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When Is Conservation Too Successful?

Hunters brought wildlife back from the brink of extinction, and now we must manage surpluses.

When Is Conservation Too Successful?

Elk can be difficult to manage on private ranches due to restricted hunter access. (Shutterstock image)

The Montana rancher's message was blunt and abundantly clear. He would be attending the Fish and Game Commission's meeting on elk management in Helena, the state capital, but first he needed to find a place to dump the two cow elk he had shot out of his haystacks.

The elk season had long been closed, and the rancher's action normally would be defined as poaching. Only the man didn't shoot the elk out of any joy of killing, or for their trophy parts, or even as a covert crime. The rancher reported his action, after all. Instead, the act was interpreted as one more incident in a growing impatience with elk management in Montana.

In essence, there are too many elk in many places hunters can't access, and too few in the places they can. The condition is not unique to elk, nor to Montana. Whitetails are becoming overpopulated nuisances in many of America's suburbs. Wild turkeys can gather in bothersome, porch-roosting flocks in areas where hunting isn't allowed. Coyotes are showing up in urban parks, and mountain lions have been seen prowling around elementary school playgrounds.

That these surpluses of wild animals are not uniformly distributed is only part of the problem. Another is that when we have an overabundance of anything, from natural gas to tater tots, we tend to devalue the thing in excess. But when we become accustomed to a surplus of a good thing (again, tater tots), we tend to squawk when supplies start to decline.


Each of these dynamics is defining wildlife management in America right now. It's useful to look at each one to guide the future of conservation on a landscape that looks very different from the one familiar to our mothers and grandfathers.


Managing for 'Mutualism'

State wildlife agencies, the public bodies tasked with restoring game populations two generations ago, now have a lot more on their plates than simply managing buck-to-doe ratios. Now, your local wildlife biologist is responsible for ensuring that populations of non-game species like butterflies and songbirds are healthy, responding to landowners' complaints about game damage to agricultural crops, and inspecting commercial developments for impacts to wildlife habitat.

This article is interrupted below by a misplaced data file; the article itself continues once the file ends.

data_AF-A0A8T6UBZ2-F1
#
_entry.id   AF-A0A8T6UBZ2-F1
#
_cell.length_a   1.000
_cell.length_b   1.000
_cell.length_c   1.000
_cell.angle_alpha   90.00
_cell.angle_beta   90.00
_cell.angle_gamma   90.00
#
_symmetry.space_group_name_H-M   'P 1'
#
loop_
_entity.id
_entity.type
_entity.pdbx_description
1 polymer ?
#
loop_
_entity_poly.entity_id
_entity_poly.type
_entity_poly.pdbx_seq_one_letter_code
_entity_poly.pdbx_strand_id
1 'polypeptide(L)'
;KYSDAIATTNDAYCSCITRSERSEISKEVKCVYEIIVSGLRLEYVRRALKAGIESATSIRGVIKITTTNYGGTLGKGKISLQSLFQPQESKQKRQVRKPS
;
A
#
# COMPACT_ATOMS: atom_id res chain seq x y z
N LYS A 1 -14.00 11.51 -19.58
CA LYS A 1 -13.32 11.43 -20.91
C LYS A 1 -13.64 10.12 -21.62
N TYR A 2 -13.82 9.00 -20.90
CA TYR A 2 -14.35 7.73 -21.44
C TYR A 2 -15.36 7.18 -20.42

As long as populations of deer, turkeys, upland birds and waterfowl are abundant enough to hunt, biologists increasingly are turning their attention to species that are in severe decline, like those teetering on the edge of endangered species listing. That's despite the fact that most of these biologists are paid by license fees that hunters shell out to pursue game animals.

It's hard to blame field biologists or their managers for the shift of focus. A recent study by researchers from Colorado State University and The Ohio State University notes that Americans' values toward wildlife are changing. The study found that the number of people who define themselves as "mutualists," or people who believe that animals deserve the same rights as humans, is rising while the number of "traditionalists," who believe animals should be used for purposes that benefit humans, is declining.

That's probably not a surprise if you’ve been tracking the steady decades-long migration of rural residents to suburban and urban areas. But researchers noted that attitudes toward wildlife are changing more rapidly than other demographics.




"What's surprising is that the decline in traditionalists in some states is happening at a really rapid rate," said Michael Manfredo, head of the Department of Human Dimensions of Natural Resources at Colorado State and one of the study's authors.

Why is this an important trend? Because hunters who have become accustomed to getting the lion's share of resources and attention from wildlife agencies should expect less emphasis as "mutualism" replaces the traditional focus on game animals. Too, mutualistic-oriented wildlife managers may not appreciate the historic partnership that hunters and biologists have forged, and they may not care about declining deer populations, for instance, as long as there are still enough animals to justify a hunting season. On the other hand, mutualists consider surpluses of game animals as a sign that natural systems are out of balance.